Forging His Own Path Through the Fire

By Abbey Remkus

Metal, while strong and unwavering, becomes malleable when heat and force are applied. Under fire, it is shaped and changed, often made stronger. The same can be said for Watkinsville resident and owner of Cattle Dog Forge, Daniel Moye.

Moye’s story is one of determination and triumph in the face of near-fatal tragedy. The former orthopaedic surgeon was struck head-on by an 18-wheeler in 2008, changing his life forever.

Before his accident, he specialized in putting people back together after major car wrecks and falls. The heavy irony is not lost on Moye that the very practice he honed over his lifetime to help others would eventually be used to save his own life.

The photos of that tragic day are difficult to see. The collision pinned him inside the vehicle, and first responders to the scene were unsure if he could be removed from the wreckage with his legs intact.

“I don’t remember anything about the crash, only leaving the house that day headed to compete in a bike race, only to wake up in the hospital three weeks later,” he said.

Moye would spend nearly two years in and out of hospitals, unable to walk for a year, and not knowing if he would lose his ability to walk and even lose his legs. Thankfully, with the help of his medical colleagues, his legs were saved. But the overall damage to his body was too extensive to allow him to perform surgery and practice medicine.

It was a difficult time for the good doctor. He realized he needed to find something new, but it wasn’t easy with his new physical limitations.

“I was very depressed. I worked a lot of hours and I enjoyed working,” Moye said. “I couldn’t race bicycles anymore; I tried trout fishing, but I couldn’t walk to the streams.”

Moye always had an interest in blade making, but he had never pursued it. Thanks to the coaxing of a friend, Moye decided to devote his time to the craft. Moye met his neighbor John Costa, owner of Costa Cleaners in Watkinsville, who was trained in blacksmithing and blade making. Moye attended a class Costa put on for members at his church, making a knife out of a horseshoe. From there, for Moye, the rest is history.

“I made two knives that night,” he recalled. Costa and Moye became friends, and Costa shared his knowledge and helped Moye hone his craft and eventually build his own forge in his backyard.

Why blade making?

Moye said he was familiar with hunting knives and had always had an interest in them, but it’s the practice of making the knives that he loves despite the nerve damage in his hands. In the words of Moye’s father, who was a woodworker, “It keeps my hands busy and my mind still,” Moye said.

“I do it because I enjoy it. It gives me something to do. I like using my hands. I don’t think about being uncomfortable, I think about what I’m doing, and it’s relaxing to me. My wife thinks I’m stressed out,” Moye added, laughing.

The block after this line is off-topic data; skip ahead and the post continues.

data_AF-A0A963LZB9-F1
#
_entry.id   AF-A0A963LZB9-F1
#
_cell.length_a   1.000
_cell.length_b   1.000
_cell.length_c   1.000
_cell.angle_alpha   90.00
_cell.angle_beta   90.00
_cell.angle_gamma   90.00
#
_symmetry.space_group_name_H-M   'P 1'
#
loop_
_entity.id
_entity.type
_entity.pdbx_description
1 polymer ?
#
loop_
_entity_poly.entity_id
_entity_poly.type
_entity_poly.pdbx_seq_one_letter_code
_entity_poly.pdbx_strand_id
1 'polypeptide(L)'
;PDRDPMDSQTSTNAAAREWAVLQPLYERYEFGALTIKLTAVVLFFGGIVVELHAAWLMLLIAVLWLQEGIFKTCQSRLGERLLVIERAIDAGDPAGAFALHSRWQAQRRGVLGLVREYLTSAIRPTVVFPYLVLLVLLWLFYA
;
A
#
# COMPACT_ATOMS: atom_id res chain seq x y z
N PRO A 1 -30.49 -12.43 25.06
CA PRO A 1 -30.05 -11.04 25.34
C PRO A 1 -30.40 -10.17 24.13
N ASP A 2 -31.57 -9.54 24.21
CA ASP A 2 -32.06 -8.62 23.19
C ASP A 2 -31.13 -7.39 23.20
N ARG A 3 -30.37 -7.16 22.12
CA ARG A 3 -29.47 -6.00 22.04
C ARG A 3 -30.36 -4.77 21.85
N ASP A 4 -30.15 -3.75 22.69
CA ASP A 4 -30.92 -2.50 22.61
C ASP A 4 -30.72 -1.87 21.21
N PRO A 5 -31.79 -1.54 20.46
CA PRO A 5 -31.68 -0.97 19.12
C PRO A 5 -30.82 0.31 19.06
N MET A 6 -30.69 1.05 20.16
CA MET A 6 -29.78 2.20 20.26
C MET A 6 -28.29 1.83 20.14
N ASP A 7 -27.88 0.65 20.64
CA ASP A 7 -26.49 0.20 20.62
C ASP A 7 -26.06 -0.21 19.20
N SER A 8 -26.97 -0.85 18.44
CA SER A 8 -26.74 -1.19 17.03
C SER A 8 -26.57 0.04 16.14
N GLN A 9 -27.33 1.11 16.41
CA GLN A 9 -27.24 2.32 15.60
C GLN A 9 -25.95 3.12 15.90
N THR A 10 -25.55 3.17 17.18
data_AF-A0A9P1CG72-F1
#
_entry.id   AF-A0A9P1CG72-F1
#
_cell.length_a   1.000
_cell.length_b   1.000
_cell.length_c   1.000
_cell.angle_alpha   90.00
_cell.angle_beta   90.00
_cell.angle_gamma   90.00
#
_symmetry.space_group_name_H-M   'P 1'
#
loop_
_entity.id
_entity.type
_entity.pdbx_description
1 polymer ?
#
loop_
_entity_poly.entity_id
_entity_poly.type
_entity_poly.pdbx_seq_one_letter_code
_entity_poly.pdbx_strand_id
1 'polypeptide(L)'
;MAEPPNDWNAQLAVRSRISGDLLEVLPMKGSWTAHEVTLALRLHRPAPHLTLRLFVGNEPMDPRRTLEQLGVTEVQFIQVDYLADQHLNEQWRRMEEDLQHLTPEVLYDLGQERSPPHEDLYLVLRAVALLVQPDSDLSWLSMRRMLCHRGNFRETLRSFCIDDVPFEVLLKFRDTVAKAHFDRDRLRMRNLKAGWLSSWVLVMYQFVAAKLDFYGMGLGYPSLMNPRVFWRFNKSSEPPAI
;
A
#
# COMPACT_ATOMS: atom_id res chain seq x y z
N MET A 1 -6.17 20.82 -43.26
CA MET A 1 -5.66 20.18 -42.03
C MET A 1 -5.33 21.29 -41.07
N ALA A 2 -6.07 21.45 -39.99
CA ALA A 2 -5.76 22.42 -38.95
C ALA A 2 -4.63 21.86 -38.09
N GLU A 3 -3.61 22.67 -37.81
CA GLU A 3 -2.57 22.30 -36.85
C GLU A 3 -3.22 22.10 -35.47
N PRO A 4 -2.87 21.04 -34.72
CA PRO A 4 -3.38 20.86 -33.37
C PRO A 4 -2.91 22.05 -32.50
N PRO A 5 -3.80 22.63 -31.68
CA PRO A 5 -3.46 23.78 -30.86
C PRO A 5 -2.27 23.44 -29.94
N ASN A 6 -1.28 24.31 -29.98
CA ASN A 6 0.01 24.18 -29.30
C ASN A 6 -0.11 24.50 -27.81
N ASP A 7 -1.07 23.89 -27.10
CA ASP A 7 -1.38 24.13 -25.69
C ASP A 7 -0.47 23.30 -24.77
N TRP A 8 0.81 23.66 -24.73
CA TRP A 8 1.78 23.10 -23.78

In 2011, Moye said, he started Cattle Dog Forge after he had made knives as gifts for everyone in his family, eventually making knives with nowhere for them to go.

“I figured they were good quality, so I tried selling them,” Moye said. “I have sold to customers in New Zealand, Ireland, Alaska, Canada, all over the U.S. I’m just trying to basically break even.”

“All I want to do is get better and better at making knives, and maybe sell a few along the way,” Moye said. “I also do a little repair work for people.”

Moye largely makes custom orders but specializes in fixed-blade field knives, kitchen knives, oyster knives and letter openers. Moye takes his time, making one at a time traditionally, by hand, with a hammer and an anvil.

“My main thing is that I make the majority of each knife by hand, about 90-95 percent by hand. I’m not trying to make 20 knives a week. It takes me five to seven days to make a knife. It makes me feel good; I like the idea that I made it by hand. If there’s an apocalypse I may have a job still,” Moye said, laughing.

Moye is a member of the Georgia Custom Knifemaker’s Guild and even partners with Watkinsville resident and friend, Bud Siniard, owner of Upland Custom Leather, who supplies handmade leather sheaths that accompany each of his knife orders.

His only complaint, which may seem comical, is that his knives have been called “too pretty.” And while there is beauty in the process and the final product, the knives are also strong and practical.

“I just make something that is pretty for me. When I make a knife I shape the blade, then I look for the handle, then I make the handle fit the knife. My biggest complaint is that people say they’re too pretty to use. I try to make them attractive, but it’s not going to hurt the knife to use it.”

Moye said he does dearly miss his days of practicing medicine, often dreaming about favorite procedures he had performed in the past. But like the very blades he makes today, Moye “too” has been put through the fire and has emerged changed. It’s a different kind of practice that brings a similar feeling of motivation and positivity into his life, and his work reflects nothing less.